Dustin Mooneyham gasped for air after hanging upside-down in his late model for what he estimated to be over five minutes. The incident occurred during the heat race of the Dirt Track Bank Cash Money Super Dirt Series stop at Salina Highbanks Speedway in Pryor, Oklahoma.
“You never think you will be trapped in your own race car,” Mooneyham, of Aurora, Missouri, said. “At first, I didn’t want to release my belts. I think of myself as a tough guy, but I found that you are not so strong when you are upside-down. I was hanging there, helpless. When I heard a track crew guy say, ‘We can’t get him out,’ and I felt like my eyeballs were going to pop out, I started to gasp for air.”
Mooneyham wound up upside-down when his car went sideways on the first lap of the heat race. Then, a car T-boned his ride, rolling Mooneyham over.
His late model from Barry Wright Race Cars used the tall version of the company’s roll cage. The cage remained intact after the wreck. However, the rollover damaged the sheet metal, particularly the decking, which trapped Mooneyham inside. Weighing at 260 lb., Mooneyham struggled to escape.
“The 13-inch opening was down to eight inches or less,” said Mooneyham. “I couldn’t even get my head through the hole to escape.”
Mooneyham started to release himself when he felt he couldn’t stay upside-down any longer. The track crew lifted the car and tried to make an opening for Mooneyham to escape.
“I pulled off my gloves, because I had to release my helmet strap,” Mooneyham said. “My glasses went flying, and luckily the track crew picked them up and saved them. I released the harness, and the track crew lifted the car, and they were able to pull me out.”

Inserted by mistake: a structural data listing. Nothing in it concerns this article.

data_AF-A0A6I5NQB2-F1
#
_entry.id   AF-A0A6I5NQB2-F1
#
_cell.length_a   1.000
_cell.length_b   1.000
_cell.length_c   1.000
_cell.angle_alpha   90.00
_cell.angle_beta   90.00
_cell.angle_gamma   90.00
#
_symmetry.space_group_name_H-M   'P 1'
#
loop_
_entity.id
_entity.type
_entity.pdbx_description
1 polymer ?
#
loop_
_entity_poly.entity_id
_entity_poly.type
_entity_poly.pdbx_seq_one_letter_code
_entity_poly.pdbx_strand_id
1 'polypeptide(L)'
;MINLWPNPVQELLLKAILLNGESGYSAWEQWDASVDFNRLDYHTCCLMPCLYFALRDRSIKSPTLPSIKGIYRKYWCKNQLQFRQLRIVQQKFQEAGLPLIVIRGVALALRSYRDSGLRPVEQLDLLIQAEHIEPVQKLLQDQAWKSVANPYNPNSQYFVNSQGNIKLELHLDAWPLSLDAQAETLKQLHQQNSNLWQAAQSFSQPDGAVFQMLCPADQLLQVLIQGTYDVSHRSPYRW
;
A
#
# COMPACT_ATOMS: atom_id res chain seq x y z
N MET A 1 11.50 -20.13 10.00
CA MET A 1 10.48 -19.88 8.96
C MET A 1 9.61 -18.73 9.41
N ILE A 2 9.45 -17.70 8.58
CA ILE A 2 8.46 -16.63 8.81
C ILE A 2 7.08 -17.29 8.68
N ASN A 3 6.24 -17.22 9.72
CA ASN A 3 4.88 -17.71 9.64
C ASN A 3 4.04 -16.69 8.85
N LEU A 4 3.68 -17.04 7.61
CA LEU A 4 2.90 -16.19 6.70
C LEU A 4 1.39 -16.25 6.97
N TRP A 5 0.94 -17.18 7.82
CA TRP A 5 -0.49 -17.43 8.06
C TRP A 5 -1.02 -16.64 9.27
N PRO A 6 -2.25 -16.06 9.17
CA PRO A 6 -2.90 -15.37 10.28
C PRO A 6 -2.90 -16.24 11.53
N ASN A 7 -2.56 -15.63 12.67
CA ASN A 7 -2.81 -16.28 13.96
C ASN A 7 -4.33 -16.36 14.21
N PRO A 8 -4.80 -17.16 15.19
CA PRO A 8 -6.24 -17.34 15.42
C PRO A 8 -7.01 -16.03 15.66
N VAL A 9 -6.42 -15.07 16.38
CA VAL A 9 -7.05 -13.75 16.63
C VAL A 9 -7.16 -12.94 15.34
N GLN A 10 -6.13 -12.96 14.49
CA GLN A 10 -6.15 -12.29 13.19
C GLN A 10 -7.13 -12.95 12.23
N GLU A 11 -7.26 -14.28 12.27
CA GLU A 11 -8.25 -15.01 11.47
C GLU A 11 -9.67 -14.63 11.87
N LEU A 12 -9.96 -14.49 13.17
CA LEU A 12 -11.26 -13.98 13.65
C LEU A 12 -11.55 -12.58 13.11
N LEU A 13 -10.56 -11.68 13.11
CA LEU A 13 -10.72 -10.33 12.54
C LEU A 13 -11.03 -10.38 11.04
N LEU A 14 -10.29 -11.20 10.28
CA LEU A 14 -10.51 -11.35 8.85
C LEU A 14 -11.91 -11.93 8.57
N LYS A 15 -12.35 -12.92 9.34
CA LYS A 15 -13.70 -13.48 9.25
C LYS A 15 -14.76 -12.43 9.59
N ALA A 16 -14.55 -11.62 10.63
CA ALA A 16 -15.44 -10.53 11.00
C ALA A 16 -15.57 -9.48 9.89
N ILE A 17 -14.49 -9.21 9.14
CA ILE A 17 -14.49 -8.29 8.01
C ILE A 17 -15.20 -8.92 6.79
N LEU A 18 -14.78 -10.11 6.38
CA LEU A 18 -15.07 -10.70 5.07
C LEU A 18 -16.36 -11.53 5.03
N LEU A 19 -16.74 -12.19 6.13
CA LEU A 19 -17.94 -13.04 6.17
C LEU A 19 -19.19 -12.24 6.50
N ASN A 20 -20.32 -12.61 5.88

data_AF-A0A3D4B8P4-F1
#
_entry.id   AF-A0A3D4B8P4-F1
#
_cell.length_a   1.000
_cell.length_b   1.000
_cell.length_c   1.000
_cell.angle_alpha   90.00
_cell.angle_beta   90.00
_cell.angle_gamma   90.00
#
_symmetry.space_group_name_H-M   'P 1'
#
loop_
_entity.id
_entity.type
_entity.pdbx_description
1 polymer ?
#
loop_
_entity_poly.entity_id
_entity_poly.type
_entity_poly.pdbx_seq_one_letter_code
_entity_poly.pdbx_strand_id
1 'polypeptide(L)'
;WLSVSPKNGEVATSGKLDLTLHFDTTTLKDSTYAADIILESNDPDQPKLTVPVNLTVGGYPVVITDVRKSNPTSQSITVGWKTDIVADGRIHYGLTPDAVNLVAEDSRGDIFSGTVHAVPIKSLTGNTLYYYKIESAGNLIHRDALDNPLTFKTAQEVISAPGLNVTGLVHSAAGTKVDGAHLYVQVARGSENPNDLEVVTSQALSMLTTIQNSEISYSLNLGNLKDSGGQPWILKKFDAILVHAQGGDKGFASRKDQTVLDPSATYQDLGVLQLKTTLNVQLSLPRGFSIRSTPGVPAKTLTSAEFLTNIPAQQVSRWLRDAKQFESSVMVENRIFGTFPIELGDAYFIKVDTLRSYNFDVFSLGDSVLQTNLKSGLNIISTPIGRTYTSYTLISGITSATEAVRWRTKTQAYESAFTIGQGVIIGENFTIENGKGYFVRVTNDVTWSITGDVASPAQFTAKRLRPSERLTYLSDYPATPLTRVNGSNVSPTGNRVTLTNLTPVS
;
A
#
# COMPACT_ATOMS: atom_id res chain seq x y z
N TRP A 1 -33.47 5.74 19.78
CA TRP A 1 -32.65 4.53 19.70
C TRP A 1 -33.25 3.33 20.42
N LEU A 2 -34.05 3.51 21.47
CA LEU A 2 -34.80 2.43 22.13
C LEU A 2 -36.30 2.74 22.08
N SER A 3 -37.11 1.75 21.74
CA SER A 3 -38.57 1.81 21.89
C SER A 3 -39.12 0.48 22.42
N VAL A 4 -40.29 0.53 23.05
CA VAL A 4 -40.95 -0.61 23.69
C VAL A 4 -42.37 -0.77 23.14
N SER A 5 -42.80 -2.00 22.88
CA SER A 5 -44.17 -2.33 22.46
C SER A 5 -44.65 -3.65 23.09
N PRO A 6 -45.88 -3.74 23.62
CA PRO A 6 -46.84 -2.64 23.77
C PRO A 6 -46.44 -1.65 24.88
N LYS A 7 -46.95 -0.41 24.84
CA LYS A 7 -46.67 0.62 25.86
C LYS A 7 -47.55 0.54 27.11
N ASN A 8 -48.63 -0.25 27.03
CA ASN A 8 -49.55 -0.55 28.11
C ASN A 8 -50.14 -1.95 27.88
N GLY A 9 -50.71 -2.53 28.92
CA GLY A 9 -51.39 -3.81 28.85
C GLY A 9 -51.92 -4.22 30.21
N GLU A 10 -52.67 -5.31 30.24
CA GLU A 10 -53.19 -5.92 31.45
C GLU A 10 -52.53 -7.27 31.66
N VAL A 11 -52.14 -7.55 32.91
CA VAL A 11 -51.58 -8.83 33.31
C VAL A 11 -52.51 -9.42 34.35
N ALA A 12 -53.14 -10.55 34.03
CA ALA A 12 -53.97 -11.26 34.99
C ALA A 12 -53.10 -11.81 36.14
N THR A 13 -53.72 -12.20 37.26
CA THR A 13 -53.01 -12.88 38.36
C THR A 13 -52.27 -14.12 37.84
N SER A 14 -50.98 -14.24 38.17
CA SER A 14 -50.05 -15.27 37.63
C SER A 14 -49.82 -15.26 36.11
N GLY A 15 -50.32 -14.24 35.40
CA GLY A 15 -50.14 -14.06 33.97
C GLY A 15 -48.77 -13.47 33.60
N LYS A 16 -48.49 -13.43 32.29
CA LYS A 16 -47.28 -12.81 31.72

Mooneyham exited the car without serious injury. He sat in a Kirkey full-containment seat with a Hooker Harness five-point harness. He wore a brand-new Zamp helmet, but no head-and-neck restraint system. The car incurred damage to its sheet metal, shocks, springs, and lower control arms.
“I just had a strawberry from the belts,” said Mooneyham. “But, it took me an hour to calm down, catch my breath, and regain my strength.”
As far the late model’s escape route, Dustin Mooneyham offered a suggestion.
“[The deck] bent up six inches — something we never thought of,” Mooneyham said. “We need restraints to hold the sheet metal down.”
This year marks the Outside Groove Director of Photography’s 50th year of covering auto racing. Adaskaveg got his start working for track photographer Lloyd Burnham at Connecticut’s Stafford Motor Speedway in 1970. Since then, he’s been a columnist, writer, and photographer, in racing and in mainstream media, for several outlets, including the Journal Inquirer, Boston Herald, Stock Car Racing, and Speedway Illustrated. Among Adaskaveg’s many awards are the 1992 Eastern Motorsport Press Association (EMPA) Ace Lane Photographer of the Year and the 2019 National Motorsports Press Association (NMPA) George Cunningham Writer of the Year.